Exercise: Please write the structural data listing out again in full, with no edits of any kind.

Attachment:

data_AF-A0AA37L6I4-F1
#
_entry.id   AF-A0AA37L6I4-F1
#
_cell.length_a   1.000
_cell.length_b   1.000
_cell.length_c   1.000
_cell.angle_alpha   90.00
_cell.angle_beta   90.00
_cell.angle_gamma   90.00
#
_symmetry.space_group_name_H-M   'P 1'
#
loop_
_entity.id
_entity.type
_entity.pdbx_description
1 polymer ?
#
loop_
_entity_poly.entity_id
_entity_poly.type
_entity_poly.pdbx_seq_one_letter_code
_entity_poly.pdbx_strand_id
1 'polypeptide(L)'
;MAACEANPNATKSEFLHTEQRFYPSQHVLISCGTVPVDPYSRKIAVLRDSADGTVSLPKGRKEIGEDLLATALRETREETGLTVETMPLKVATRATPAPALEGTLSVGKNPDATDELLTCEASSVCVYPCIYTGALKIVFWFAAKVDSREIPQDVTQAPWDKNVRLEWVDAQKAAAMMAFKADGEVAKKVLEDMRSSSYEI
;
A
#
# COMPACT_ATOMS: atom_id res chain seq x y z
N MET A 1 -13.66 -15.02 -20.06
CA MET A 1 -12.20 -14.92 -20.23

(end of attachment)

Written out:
data_AF-A0AA37L6I4-F1
#
_entry.id   AF-A0AA37L6I4-F1
#
_cell.length_a   1.000
_cell.length_b   1.000
_cell.length_c   1.000
_cell.angle_alpha   90.00
_cell.angle_beta   90.00
_cell.angle_gamma   90.00
#
_symmetry.space_group_name_H-M   'P 1'
#
loop_
_entity.id
_entity.type
_entity.pdbx_description
1 polymer ?
#
loop_
_entity_poly.entity_id
_entity_poly.type
_entity_poly.pdbx_seq_one_letter_code
_entity_poly.pdbx_strand_id
1 'polypeptide(L)'
;MAACEANPNATKSEFLHTEQRFYPSQHVLISCGTVPVDPYSRKIAVLRDSADGTVSLPKGRKEIGEDLLATALRETREETGLTVETMPLKVATRATPAPALEGTLSVGKNPDATDELLTCEASSVCVYPCIYTGALKIVFWFAAKVDSREIPQDVTQAPWDKNVRLEWVDAQKAAAMMAFKADGEVAKKVLEDMRSSSYEI
;
A
#
# COMPACT_ATOMS: atom_id res chain seq x y z
N MET A 1 -13.66 -15.02 -20.06
CA MET A 1 -12.20 -14.92 -20.23